I’m what’s known as a soft touch. It’s understood, that if someone needs help and they reach out to me, I’m going to do whatever I can and that includes reading their script, feeding their cat when they go out of town, and/or donating to their charitable causes.
Last year alone, I contributed to five hurricane relief charities, several crowdfunding campaigns, and sponsored a number of people participating in charity events like The Aids Walk, and The Berlin Marathon for the UCSF Cancer Center. And I’m not counting all the times I’ve given money to street musicians and homeless people which would be in the dozens.
Being charitable and helping people out is a very good thing; the problem, at least for me, is that I’m too generous. It’s not unlike me to give $35.00 to a GoFundMe campaign so that acquaintance will be able to pay her rent, even when I’m down to my last $40.00.
I know I can’t donate to everyone and to every cause, but it’s hard for me to say no without feeling guilty and selfish. Since I don’t have a lot of surplus cash, I needed to look into ways that I could help without going broke.
“Look at what you can give—don’t undervalue what you have to offer,” says Aida Ingram, founder, and CEO of Girlfriends with Goals. “All of us have something to offer and money is just one of those things.”
Melanie Young, a certified health coach says, “You can have a giving heart and life without writing a check.”
Using their advice, I came up with some ways to give without breaking the bank.
12 Ways to Be Charitable That Won’t Leave You Flat Broke.
Take a visual inventory: We all have extra stuff around the house that a charity would be grateful to get. Toilet paper is the first item to go at relief centers says The American Red Cross, and how often have you gone overboard at a big box retailer? Instead, give those spare rolls to people who could really use them. Some other ideas might be to donate a bag of cat or dog food to an animal charity or give some canned goods to a food bank, and diapers and feminine hygiene products to a shelter. There’s always a need for these items, but especially in times of crisis.
Clean out your closets: Give all the clothes you never wear to battered women’s shelters or to a charity like The Grateful Garment Project, which gives rape victims clothing to wear home from the hospital. They’ve already ready suffered a horrible ordeal, giving them some of your clothes that you don’t wear would help to make them feel a bit more empowered.
Give your time: Soup kitchens and places like Meals on Wheels always need people to prepare and serve food, even when it isn’t a holiday. Or, you can interact with residents at a nursing home or read to underserved children. One hour of your time volunteering would make a huge difference to someone’s life.
Share your skills: Melanie Young suggests looking at your talents and offering to share them with charities. Skills in social media promotions, publicity, bookkeeping services, answering phones, and tech services are often very appreciated.
Become a public speaker: If you can get up in front of a crowd, what better way to share your message and motivate people to do what they can? Sometimes, just hearing someone’s survival story about how they were bullied or not accepted by their family because of their gender identity or sexual preference can give hope to others.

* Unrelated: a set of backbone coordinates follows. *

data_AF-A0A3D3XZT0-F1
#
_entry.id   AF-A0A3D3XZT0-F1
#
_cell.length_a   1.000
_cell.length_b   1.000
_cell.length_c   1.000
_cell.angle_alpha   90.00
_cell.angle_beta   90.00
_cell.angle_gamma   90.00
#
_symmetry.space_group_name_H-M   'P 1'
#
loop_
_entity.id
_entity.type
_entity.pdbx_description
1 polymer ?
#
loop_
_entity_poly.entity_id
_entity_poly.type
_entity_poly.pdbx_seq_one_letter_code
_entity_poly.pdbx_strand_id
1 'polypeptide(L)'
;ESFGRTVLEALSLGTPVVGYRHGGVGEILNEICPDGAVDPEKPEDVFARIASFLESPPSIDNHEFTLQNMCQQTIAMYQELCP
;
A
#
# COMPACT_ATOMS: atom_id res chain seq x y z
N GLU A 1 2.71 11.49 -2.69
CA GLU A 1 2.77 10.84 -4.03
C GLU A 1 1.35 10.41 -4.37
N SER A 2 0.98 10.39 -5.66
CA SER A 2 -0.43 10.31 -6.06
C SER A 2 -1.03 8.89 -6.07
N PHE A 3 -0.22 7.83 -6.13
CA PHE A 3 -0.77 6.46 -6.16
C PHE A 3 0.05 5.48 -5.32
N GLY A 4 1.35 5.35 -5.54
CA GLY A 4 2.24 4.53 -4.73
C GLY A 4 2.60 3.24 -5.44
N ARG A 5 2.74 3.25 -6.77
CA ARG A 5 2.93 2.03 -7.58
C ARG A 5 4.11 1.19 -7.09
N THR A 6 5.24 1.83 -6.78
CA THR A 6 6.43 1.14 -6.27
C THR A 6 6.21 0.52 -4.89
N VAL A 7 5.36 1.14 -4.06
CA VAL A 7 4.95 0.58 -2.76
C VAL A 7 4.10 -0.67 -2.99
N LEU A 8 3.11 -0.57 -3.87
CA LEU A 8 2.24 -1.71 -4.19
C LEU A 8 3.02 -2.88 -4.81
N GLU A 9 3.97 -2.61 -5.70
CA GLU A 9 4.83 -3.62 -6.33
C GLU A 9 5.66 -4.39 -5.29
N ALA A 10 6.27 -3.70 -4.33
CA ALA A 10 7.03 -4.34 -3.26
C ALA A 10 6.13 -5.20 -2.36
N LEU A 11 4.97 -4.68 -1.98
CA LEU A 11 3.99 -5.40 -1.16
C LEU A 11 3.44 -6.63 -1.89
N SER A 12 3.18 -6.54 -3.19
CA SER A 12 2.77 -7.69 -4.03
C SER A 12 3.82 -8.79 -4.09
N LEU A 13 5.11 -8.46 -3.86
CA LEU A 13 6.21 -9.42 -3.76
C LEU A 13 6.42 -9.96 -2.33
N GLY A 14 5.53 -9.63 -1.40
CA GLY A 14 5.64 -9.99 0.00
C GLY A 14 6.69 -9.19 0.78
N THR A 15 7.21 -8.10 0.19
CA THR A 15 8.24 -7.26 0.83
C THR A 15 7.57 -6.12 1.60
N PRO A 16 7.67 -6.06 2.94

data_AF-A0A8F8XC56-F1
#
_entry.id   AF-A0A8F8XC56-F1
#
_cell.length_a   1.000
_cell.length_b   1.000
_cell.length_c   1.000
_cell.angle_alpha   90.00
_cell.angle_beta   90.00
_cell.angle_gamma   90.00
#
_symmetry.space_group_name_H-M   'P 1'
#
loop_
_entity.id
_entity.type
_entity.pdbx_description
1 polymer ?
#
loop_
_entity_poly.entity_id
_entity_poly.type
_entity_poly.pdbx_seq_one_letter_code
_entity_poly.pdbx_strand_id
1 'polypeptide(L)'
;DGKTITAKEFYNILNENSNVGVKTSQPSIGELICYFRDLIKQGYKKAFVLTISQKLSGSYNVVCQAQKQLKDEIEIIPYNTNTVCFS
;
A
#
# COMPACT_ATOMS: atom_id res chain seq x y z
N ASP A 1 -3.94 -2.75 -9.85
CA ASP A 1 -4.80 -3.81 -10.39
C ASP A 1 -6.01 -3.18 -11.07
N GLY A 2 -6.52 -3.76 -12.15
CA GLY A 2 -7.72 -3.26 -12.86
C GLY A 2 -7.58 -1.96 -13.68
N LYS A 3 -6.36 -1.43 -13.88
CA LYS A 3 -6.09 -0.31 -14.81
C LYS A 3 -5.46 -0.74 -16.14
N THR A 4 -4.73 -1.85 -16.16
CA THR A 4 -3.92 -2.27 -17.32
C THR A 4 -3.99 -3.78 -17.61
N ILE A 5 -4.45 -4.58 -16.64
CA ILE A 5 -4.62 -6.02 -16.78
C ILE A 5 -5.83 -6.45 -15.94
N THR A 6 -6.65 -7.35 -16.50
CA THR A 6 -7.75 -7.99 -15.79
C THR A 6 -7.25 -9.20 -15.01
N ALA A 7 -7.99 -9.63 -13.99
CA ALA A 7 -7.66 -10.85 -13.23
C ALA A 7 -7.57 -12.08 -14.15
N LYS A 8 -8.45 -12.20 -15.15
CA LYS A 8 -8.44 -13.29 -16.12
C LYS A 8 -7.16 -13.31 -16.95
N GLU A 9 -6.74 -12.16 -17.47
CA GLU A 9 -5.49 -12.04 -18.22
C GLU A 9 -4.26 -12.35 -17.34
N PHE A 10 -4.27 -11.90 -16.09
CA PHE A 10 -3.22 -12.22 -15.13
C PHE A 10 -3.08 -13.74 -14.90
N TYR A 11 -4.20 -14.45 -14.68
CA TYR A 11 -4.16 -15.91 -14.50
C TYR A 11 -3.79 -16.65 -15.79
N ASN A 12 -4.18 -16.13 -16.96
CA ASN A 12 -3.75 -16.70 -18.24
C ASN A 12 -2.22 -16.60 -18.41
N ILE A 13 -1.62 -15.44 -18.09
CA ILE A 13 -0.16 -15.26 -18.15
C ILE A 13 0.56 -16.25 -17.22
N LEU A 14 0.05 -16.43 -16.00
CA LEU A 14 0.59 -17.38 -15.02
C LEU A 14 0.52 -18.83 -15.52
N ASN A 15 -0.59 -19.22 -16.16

Get sponsors: Walkathons, bike-a-thons, and even cycle-thons all raise money and awareness for causes, illnesses, and specific individuals. If there isn’t one for a charity you’d like to help, create your own.
Donate indirectly: For my birthday this year, I gave my well-wishers the opportunity to donate to the Houston Humane Society while another friend used their birthday fundraiser for The Foundation for Puerto Rico. In addition, when my friend was diagnosed with breast cancer, I started a GoFundMe campaign for her. I hoped that all the crowdfunding campaigns I had donated to would return the favor, and most of them did.
Think outside-the-box: I have a friend who makes kits containing toothpaste, toothbrushes, soap, mouthwash, deodorant, and soap, and distributes them to the homeless. Even basic grooming can help lift someone’s self-esteem.
Give a part of yourself: Blood is always in demand, but if you have problems giving blood (like I do), you might think of donating your hair for wigs for people who are dealing with chemotherapy or other health issues.
Go Green: Pick up trash around your neighborhood, a park, or at a beach. Be as eco-friendly as you can and carpool, use a bike, or public transportation to get where you want to be. Helping the environment helps everybody.
Send care packages: Whether it’s sending some candy or knitted goods, people in the armed forces love to get reminders that people are grateful for their service and are thinking about them.
Do random acts of kindness: Sometimes just smiling at someone or helping them take their groceries to their car can help brighten their day. Or, pay it forward and buy the person behind you in line a cup of coffee or put some money into someone’s else’s parking meter.
All in all, I’ve learned that there are many ways to help others that don’t involve becoming overdrawn at the bank and that sometimes, these non-financial ways are even more meaningful--both for the people you’re helping and yourself.